I have self-funded two masters degrees (2012/2014), so had to really think about whether or not the second was really worth my while in terms of future employment/career development as I was taking out another loan. I was thinking about going the academia route and as I have gone on to pursue the PhD, it did work out for me. I did the second masters as I was moving 'laterally' to another field of study that was related to my first masters (law to policy), so I really needed the second masters to broaden my skill set.

    Cheap rent experience/ Masters 1 and 2:

    It was extremely hard financially but I managed because of the cheap rent. I was living in Kildare at the the time (2012/2013 & 2014/15) and my rent was so cheap that I still cry when reminiscing (let's just say my landlord skipped and jumped when I told him I was moving to Dublin- he promptly renovated and increased rent A LOT!). The masters fees were paid for using the loans. My monthly repayments were €200 ish p/m. I always worked throughout, so I certainly wasn't in coppers every week. The loans I took only covered my fees and did not cover living expenses/commuting costs/rent/food/breathing. I also did professional exams during second masters, just in case it went tits up and these were costly. So consider if you'll have anything random like that.

    During this time, I also worked and commuted by bus- into Dublin from Kildare and it is exhausting- traffic is a nightmare but train was too expensive (also factor this into budget). I left at 6.30am and wasn't home until at least 7.30pm. My evenings were spent doing course work/passing out. Eat, sleep, repeat. If you are not planning on working during your studies, carefully consider your savings and do a detailed budged (over-estimate rent to be safe).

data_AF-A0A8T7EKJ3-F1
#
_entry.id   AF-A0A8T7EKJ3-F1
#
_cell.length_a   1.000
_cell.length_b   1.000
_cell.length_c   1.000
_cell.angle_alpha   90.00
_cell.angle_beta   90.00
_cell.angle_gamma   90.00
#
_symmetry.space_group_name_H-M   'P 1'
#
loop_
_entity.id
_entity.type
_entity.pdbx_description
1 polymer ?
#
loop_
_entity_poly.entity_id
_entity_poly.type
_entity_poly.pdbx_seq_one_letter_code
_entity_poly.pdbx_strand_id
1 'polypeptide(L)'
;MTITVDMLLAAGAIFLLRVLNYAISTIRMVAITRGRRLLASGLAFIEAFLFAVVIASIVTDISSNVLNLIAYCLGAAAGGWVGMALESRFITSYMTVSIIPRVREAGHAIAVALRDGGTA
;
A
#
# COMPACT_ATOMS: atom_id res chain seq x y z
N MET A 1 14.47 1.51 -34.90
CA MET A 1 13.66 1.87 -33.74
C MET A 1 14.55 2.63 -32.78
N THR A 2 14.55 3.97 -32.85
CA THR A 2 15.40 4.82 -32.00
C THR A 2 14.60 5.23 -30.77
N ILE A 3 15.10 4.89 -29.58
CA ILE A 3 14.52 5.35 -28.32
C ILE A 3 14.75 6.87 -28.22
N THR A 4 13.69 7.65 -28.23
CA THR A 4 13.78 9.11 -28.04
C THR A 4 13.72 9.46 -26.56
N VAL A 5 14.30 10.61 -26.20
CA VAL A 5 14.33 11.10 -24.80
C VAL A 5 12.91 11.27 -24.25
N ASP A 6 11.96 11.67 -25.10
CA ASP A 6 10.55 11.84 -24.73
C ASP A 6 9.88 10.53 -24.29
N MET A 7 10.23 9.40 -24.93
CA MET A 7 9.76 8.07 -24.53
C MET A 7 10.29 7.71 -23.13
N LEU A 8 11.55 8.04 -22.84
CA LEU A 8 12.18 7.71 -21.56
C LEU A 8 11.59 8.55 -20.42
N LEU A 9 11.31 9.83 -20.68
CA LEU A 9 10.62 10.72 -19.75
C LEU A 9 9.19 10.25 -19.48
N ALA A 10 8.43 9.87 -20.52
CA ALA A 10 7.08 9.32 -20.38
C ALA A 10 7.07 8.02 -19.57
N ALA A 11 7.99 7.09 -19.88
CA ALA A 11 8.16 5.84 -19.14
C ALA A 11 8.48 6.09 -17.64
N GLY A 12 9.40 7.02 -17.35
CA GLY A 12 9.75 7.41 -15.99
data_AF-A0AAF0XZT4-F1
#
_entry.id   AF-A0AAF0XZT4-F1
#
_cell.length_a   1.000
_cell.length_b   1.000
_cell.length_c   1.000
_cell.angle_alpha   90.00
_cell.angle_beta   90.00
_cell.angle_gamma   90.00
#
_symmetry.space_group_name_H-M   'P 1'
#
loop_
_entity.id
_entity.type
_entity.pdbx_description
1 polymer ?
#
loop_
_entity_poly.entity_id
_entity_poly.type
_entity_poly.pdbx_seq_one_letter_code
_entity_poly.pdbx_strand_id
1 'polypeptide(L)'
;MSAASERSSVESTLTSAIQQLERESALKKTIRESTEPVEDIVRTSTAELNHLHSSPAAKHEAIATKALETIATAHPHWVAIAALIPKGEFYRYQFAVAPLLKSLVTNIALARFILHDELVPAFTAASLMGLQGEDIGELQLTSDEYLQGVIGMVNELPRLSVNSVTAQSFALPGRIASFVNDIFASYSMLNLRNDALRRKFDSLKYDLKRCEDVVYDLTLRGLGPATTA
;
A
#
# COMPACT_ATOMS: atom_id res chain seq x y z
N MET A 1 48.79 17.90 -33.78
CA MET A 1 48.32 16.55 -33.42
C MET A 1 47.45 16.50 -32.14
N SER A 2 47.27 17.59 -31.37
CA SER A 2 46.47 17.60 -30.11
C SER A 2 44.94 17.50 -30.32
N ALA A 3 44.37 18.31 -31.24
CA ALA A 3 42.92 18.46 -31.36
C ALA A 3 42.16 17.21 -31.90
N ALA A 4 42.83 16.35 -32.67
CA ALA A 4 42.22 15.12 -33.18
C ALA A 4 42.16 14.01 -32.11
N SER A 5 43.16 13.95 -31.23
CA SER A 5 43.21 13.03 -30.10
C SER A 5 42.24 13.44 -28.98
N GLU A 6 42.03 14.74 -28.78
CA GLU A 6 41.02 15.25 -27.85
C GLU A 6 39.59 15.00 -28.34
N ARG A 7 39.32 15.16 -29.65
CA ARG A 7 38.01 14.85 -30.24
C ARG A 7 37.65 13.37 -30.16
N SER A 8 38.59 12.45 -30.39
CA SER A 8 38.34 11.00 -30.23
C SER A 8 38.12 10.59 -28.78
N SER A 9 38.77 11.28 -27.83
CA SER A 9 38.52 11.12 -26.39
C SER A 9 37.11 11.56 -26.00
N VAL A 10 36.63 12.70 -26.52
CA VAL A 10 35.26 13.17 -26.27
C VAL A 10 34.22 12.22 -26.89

Self-funding year 1 of PhD in Dublin/essentially fees of a taught masters
    I self funded the first year of (a full-time) PhD when I moved into Dublin (again through a loan/working). To say it was hard is an understatement of epic proportions. I had to work (WAY more than I should have, i.e full time) to keep myself afloat. I moved to Dublin because the thoughts of commuting any longer was making me feel sick. In hindsight, financially I should have stayed where I was and toughed it out. In your case- for a 1 year masters, the commute is worth it if you can get somewhere that is manageable (like 1.5 hours each way). You never know though, you can get lucky in Dublin. (I did this academic year).

    Balancing act really- if the course will help you advance your career prospects, then it is worth considering. But if you are really not in a position to do it financially, it can be worth holding out a year until you have more savings. Rent pressure zones are now extended to student accommodation but it is still expensive and you need to eat/print/live.

    Budget
    Tuition
    Rent- minimum €650 p/m to be safe in Dublin
    Food- €160 p/m (can be cheaper if you get sound communal housemates)
    Commuting- €80 p/m when I was doing Kildare-Dublin (train is now cheaper and commuter zone extended since I moved)
    Utilities (heating/electricity/bins/broadband/telly maybe)- €120 ish
    Loan- €200
    Misc- €50 (phone credit/bill etc)
    A life- person specific!


  • Registered Users Posts: 265 ✭✭ sparklinglens


    I have accepted a masters in Scotland, due to start in January. I'm finding it difficult to get a student loan as each provider of funding tells me I'm ineligible and bounces me back to the other.

    I'm wondering if anyone knows of a bank loan for a student in Ireland, where you can begin your loan repayments once you've graduated and are working?

    Thank you.